Resolutions filed in the Oklahoma House are critical of plans by a renowned British evolutionary biologist sometimes referred to as "Darwin’s Rottweiler” who was to speak at the University of Oklahoma. Richard Dawkins, a retired professor at Oxford University and author of "The God Delusion,” was scheduled to speak Friday night as part of OU’s Darwin 2009 Project to observe the 200th anniversary of the birth of Charles Darwin. Darwin introduced the theory of evolution 150 years ago. Legislative resolutions filed earlier this week by Rep. Todd Thomsen, R-Ada, say the state House "strongly opposes” the invitation and that Dawkins’ published statements on evolution and opinions about those who do not believe it "are contrary and offensive to the views and opinions of most citizens of Oklahoma.” They also urge OU "to engage in an open, dignified and fair discussion of the Darwinian theory of evolution and all other scientific theories.” Thomsen, a former punter and kicker for OU’s football team and head of the Fellowship of Christian Athletes in southeastern Oklahoma, filed the nonbinding resolutions earlier this week, and they have not been put to a vote. Jennifer Monies, spokeswoman for House Speaker Chris Benge, R-Tulsa, said no decision had been made on whether they will be heard. Thomsen did not return telephone calls to his office at the state Capitol and his home seeking comment. The resolutions reflect the political beliefs of some Oklahoma lawmakers that alternative theories on the origin of life should be taught in public school science classes.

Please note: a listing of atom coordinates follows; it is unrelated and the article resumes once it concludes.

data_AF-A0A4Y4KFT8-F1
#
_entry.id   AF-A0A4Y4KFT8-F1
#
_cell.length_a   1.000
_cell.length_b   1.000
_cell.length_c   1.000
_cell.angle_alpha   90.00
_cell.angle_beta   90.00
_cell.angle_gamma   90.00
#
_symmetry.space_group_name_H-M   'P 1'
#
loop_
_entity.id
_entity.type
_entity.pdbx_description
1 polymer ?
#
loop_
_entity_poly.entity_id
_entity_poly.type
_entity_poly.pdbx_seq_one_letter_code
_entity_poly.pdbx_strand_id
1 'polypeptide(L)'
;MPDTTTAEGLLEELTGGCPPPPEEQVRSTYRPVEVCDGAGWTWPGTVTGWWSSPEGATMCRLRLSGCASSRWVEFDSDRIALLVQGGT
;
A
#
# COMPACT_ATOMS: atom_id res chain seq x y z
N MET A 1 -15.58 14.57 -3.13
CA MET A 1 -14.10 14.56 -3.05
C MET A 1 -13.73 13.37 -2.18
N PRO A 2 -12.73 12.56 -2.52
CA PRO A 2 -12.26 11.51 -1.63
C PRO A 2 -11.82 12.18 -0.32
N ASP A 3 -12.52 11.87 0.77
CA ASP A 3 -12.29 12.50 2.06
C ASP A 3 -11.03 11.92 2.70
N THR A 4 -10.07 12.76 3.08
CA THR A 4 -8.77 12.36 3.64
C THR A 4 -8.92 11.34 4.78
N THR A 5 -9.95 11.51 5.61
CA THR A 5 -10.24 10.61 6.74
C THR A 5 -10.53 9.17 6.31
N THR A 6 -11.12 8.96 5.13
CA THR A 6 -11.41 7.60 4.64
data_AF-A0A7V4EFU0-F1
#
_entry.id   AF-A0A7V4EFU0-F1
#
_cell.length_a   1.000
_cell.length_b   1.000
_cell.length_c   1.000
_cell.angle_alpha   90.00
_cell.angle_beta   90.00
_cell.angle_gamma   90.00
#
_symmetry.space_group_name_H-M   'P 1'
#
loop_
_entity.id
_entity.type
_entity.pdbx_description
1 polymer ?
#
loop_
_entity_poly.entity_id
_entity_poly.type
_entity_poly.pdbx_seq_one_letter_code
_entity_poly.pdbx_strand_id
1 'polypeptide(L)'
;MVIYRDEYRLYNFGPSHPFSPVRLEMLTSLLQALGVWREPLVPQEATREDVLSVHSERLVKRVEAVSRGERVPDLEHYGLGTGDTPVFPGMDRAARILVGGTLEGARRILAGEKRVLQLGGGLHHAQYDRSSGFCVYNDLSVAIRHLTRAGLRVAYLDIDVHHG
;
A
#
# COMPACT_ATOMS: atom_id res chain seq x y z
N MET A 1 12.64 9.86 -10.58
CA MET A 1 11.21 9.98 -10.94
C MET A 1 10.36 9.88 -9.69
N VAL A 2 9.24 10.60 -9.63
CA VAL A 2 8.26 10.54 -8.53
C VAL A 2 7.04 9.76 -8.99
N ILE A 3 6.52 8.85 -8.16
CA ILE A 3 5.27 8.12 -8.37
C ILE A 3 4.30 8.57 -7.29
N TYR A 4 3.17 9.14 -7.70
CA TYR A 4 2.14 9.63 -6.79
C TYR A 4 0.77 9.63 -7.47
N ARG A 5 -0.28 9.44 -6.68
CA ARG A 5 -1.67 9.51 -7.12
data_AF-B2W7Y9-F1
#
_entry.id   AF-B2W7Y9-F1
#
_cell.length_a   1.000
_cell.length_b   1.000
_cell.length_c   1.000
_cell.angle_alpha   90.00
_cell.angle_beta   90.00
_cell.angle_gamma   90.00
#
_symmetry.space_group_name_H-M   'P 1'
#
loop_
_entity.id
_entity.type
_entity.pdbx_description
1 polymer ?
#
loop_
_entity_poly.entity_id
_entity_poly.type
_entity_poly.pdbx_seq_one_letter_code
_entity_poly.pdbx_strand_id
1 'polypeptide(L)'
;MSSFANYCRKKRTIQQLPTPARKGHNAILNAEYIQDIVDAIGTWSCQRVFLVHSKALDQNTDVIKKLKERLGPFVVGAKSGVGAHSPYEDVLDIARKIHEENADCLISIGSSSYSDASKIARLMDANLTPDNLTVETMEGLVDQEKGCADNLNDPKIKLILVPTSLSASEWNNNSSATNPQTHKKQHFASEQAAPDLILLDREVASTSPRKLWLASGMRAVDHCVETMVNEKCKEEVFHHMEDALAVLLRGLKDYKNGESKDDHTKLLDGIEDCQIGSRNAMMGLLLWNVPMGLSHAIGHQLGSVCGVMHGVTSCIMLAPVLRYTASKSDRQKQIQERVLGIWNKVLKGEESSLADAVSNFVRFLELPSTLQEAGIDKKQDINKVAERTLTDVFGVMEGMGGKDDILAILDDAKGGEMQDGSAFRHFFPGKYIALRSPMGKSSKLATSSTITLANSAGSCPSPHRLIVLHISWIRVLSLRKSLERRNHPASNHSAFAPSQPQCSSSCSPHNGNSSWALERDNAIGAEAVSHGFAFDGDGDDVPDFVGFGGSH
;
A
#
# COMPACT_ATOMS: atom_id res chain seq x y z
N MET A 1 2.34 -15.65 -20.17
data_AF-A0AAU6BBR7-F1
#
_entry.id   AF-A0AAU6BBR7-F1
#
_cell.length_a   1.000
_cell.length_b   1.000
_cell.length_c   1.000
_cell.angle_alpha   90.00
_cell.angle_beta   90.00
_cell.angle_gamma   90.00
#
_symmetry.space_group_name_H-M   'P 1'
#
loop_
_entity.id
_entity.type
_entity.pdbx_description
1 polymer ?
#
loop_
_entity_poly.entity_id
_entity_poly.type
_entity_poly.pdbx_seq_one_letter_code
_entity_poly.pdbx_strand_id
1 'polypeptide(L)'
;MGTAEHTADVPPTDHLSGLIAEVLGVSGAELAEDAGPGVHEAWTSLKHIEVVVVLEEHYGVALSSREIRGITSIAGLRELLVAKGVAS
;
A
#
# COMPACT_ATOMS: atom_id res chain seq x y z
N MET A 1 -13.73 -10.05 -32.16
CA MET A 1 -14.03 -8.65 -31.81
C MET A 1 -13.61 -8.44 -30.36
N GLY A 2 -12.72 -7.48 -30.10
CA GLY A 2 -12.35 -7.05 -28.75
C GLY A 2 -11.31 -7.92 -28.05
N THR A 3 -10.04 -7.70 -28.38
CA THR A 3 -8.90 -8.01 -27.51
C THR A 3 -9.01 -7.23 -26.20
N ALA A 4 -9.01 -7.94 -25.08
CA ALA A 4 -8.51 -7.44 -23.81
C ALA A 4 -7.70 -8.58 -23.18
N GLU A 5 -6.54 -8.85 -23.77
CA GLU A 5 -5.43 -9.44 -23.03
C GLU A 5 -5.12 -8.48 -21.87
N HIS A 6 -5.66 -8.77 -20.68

Legislation failsLegislation that would have allowed classroom discussion of alternative theories to evolution was narrowly defeated in a state Senate committee last month. It was similar to a bill passed by the state House in 2006 that died in the Senate. Supporters maintain the measures promote critical thinking by exposing students to all sides of the scientific debate about evolution, a theory they complain is treated as fact in many science books but conflicts with the views of some religious groups. The failed measures did not mandate the teaching of "intelligent design,” creationism or other beliefs based on Christian principles. But critics believe it is an attempt to bring religion into the classroom with ideas that have their origins in the Bible and are based more on faith than science. Efforts to contact Dawkins were unsuccessful. In a statement, OU President David Boren said faculty and students have invited various speakers to OU for the Darwin 2009 Project and that Dawkins’ appearance is not a formal university program. "If individual faculty and students want to extend invitations to those who are critics of Darwin, the university would extend full rights of free speech to them, as well,” Boren said. "One of the basic functions of the university is to be a free marketplace of ideas. Free speech on a university campus is protected by the First Amendment.”